Sometimes I am oblivious to the battles being fought by giants in my own backyard. I have just aware of a case that was disposed of in the Middle District of Tennessee involving Willa Dean Parker and the widow of Homer Banks suing, among others, Stevie Winwood, his brother, Muff Winwood (real name "Mervyn" – who knew?) and Spenser Davis over the alleged copyright infringement of the song "Ain't That a Lot of Love" by the Spenser Davis Group's "Gimme Some Lovin". There are a number of side issues in this case, as there often are, but the facts boil down to the following:
1. Willa Dean Parker and Homer Banks wrote "Ain't That a Lot of Love" in 1965.
2. The Spenser Davis Group created "Gimme Some Lovin" on April 5, 1966, and began recording it on June 9, 1966. And released it on October 28, 1966.
3. “Ain't That a Lot of Love” was first released in the United Kingdom by Homer Banks on October 7, 1966 (prior to the famous Sam and Dave version). Sam and Dave did not release their version of the song until 1968.
In order to prove copyright infringement of a musical composition, the burden is on the Plaintiff to prove that the Defendant had "access" to the work and that the two works are "substantially similar" enough to prove that the second work was copied from the first work. In this case, access seemed impossible to prove, since the Sam and Dave recording had not been released in England at the time the Spenser Davis Group created their iconic song.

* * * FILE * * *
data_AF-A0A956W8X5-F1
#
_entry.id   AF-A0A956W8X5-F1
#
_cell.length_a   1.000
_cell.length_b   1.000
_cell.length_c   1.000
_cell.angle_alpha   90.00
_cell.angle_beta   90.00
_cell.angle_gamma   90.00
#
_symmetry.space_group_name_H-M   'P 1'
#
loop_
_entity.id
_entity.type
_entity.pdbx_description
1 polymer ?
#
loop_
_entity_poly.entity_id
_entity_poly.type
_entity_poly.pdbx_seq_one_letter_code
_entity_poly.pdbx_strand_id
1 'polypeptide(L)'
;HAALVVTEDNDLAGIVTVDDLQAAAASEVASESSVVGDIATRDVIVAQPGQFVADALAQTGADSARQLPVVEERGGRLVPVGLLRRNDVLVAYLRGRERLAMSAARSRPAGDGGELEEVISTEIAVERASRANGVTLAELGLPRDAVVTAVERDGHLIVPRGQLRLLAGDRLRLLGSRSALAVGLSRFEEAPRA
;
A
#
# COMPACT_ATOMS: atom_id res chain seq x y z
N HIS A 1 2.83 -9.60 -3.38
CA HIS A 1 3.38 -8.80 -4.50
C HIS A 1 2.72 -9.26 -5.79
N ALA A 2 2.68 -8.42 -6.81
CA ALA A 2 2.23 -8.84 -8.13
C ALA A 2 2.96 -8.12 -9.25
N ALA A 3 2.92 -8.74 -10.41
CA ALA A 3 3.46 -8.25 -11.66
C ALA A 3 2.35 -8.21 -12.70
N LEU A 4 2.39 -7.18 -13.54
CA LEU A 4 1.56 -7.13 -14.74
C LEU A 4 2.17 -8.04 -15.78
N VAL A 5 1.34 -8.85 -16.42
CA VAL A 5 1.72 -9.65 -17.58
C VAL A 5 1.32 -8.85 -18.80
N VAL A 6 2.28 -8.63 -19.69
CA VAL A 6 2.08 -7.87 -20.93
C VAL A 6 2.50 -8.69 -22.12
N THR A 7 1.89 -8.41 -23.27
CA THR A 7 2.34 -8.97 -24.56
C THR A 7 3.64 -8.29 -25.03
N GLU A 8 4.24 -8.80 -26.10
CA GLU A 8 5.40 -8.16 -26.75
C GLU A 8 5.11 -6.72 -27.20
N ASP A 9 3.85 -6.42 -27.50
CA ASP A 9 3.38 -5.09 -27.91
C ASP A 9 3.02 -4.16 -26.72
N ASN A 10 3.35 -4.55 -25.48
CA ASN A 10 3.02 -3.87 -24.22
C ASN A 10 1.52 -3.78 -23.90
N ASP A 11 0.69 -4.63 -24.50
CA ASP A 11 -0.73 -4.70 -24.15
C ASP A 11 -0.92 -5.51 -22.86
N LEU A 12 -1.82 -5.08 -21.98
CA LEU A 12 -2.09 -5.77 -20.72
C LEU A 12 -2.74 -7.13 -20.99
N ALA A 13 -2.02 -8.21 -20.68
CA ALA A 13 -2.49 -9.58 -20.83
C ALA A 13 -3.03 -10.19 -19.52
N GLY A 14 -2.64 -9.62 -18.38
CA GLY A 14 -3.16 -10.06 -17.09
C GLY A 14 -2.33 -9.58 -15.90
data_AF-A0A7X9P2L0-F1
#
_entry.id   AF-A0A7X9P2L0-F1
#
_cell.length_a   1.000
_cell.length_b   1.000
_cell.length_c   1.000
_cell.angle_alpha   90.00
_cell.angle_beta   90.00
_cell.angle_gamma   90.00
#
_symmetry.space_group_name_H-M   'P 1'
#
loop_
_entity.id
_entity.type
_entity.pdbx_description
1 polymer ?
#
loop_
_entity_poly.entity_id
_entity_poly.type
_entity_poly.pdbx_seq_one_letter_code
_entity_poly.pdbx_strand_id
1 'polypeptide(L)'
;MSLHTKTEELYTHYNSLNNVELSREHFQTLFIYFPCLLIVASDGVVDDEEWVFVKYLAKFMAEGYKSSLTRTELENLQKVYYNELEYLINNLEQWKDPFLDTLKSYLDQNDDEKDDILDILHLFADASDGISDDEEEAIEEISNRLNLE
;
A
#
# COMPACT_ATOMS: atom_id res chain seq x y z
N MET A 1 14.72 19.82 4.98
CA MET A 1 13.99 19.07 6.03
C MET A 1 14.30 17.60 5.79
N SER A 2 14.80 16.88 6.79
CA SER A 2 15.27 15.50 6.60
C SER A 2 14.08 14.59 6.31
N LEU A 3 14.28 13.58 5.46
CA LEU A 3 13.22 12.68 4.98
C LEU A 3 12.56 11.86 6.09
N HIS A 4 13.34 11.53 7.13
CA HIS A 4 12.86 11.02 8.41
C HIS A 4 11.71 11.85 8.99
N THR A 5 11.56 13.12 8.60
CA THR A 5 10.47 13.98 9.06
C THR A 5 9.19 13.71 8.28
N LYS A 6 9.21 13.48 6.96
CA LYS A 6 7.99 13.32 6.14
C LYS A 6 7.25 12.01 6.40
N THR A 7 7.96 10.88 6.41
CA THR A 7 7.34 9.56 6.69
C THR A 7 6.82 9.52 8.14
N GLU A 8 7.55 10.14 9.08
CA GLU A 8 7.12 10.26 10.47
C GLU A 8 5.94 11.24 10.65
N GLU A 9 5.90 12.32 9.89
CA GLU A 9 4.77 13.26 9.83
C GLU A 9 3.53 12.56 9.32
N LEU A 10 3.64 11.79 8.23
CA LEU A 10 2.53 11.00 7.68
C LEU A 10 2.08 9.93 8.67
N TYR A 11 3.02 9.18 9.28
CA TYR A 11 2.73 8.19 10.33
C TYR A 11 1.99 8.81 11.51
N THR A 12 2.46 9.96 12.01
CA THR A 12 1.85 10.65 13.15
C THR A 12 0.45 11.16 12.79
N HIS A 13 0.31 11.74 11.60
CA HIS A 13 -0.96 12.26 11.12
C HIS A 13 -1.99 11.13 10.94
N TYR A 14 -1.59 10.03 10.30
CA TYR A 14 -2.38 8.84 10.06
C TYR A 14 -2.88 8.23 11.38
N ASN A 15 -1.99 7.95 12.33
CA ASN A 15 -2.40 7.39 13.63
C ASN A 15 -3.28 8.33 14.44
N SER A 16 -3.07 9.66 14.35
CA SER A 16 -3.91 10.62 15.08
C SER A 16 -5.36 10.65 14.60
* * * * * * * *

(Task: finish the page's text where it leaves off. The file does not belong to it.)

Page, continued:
It seems that Parker and Banks tried to circumvent this by proving that there was an earlier version of the song by David Porter which could have been heard in the United Kingdom. They also tried to introduce newspaper interviews by Spencer Davis, himself, where he allegedly admitted that "Gimme Some Lovin" was based on "Ain't That A Lot of Love". The court rejected the articles as inadmissible hearsay ("a statement, other than one made by the declarant while testifying at the trial or hearing offered in evidence to prove the truth of the matter asserted"). Hence, with no proof of access , the Plaintiff's case was thrown out. There were other fascinating aspects of the case, - like the fact that Universal Music Group was sued as a Defendant, yet it actually had partial ownership of both songs in question and, hence, could not be sued for infringement under settled copyright law.
It's kind of a strange thing. I listen to the famous Sam and Dave recording of "Ain't That a Lot of Love" (as well as the Webb Wilder version) and don’t hear any real similarity to "Gimme Some Lovin". Then I listen to the Homer Banks' version and the famous riff is, in fact, nearly identical. I couldn't find the David Porter version of the song, but Taj Mahal's recording from 1968 utilizes the riff as well. I don’t know if experts were used in this case to prove that the riff itself could have come from an earlier source, as is often the case.
The part that I find sad is that this battle was taking place in 2017, 51 years after the records were first released. It reminds me of the dispute between the Estate of Randy California and Led Zeppelin over the song "Taurus". Why didn't the writers take action when the songs were new? In my cynical moments, I wonder if this is what has become of the music industry and that these type of lawsuits will continue until we have no surviving songwriters of the rock era, just estates suing other estates over ancient riffs.